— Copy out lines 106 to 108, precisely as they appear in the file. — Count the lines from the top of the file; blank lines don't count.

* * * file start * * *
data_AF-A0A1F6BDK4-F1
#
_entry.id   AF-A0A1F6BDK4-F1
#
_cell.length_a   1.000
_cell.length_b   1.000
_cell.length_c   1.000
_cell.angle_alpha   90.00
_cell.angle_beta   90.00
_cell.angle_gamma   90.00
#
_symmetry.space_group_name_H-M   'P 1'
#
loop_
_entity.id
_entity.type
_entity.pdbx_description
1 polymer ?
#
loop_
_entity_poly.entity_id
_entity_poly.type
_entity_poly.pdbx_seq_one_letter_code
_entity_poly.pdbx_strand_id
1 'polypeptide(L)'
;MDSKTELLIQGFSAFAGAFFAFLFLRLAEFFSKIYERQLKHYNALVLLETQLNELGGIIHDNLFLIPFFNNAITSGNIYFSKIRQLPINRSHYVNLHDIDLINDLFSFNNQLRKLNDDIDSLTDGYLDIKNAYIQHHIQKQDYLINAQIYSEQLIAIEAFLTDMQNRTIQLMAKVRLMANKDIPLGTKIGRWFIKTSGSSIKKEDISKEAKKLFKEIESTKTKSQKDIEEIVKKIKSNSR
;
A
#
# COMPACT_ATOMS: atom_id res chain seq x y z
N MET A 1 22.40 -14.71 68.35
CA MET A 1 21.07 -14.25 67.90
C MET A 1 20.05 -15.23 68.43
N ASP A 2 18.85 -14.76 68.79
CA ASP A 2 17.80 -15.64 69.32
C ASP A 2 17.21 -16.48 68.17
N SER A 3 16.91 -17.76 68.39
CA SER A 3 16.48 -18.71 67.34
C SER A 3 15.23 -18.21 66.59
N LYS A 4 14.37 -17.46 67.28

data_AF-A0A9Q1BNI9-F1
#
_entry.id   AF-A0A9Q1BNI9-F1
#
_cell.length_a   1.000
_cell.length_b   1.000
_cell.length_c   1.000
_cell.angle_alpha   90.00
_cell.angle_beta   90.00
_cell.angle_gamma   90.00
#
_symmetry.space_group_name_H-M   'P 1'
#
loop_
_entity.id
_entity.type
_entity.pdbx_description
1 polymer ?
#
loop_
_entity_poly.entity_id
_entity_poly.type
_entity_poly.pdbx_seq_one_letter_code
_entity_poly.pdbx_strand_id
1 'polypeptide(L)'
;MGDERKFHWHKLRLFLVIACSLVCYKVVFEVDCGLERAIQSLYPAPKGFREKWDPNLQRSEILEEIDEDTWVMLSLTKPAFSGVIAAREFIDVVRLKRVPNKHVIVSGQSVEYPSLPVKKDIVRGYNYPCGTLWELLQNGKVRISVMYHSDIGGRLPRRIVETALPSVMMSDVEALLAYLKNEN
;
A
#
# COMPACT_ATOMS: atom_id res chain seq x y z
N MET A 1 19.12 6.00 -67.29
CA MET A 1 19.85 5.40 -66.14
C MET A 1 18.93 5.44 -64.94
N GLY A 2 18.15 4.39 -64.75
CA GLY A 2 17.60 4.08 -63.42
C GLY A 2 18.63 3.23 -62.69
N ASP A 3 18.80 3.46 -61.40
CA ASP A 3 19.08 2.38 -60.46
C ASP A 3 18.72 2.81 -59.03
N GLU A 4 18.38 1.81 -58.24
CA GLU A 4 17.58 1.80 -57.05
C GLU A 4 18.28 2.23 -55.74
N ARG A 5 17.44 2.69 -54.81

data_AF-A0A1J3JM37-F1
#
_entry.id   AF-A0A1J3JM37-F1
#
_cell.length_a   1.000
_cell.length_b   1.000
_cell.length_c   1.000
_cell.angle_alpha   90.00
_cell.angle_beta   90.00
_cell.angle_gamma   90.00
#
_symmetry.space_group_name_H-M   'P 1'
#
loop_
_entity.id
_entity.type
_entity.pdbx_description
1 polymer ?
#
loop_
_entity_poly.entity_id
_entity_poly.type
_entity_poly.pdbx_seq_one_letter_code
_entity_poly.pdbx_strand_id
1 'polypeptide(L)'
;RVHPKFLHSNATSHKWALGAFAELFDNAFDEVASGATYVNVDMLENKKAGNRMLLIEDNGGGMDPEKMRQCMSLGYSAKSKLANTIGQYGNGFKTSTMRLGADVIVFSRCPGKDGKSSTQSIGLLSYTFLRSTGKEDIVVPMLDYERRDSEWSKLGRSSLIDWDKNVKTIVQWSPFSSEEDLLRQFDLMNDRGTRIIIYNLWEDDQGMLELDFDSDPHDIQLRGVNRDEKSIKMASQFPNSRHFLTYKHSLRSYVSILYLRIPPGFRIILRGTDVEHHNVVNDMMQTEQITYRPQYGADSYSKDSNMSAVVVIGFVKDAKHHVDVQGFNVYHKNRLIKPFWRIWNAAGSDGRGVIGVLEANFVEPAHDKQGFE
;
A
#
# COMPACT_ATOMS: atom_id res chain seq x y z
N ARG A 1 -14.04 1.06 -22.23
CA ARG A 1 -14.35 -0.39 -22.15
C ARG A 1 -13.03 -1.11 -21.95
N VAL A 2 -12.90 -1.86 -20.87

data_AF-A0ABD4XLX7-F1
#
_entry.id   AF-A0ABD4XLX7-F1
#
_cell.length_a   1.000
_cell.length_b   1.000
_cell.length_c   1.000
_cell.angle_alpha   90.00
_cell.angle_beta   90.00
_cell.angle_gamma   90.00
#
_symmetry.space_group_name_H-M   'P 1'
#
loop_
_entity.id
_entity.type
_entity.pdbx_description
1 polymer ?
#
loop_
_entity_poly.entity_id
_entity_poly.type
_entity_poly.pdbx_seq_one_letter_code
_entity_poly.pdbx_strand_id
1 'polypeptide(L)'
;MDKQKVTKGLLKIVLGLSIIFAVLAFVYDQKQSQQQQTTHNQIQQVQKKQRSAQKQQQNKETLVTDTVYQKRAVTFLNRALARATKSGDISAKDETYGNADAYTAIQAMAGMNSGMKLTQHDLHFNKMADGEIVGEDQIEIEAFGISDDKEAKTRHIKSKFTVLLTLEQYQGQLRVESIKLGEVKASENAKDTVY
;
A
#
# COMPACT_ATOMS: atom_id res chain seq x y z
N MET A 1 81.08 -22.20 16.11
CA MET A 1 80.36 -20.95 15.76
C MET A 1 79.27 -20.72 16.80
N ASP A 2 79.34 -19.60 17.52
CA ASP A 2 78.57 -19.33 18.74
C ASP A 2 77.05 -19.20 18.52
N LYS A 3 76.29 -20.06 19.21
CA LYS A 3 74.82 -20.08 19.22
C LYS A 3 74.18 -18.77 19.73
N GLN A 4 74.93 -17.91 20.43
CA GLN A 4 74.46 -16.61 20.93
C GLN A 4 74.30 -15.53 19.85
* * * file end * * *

_entity_poly.pdbx_seq_one_letter_code
_entity_poly.pdbx_strand_id
1 'polypeptide(L)'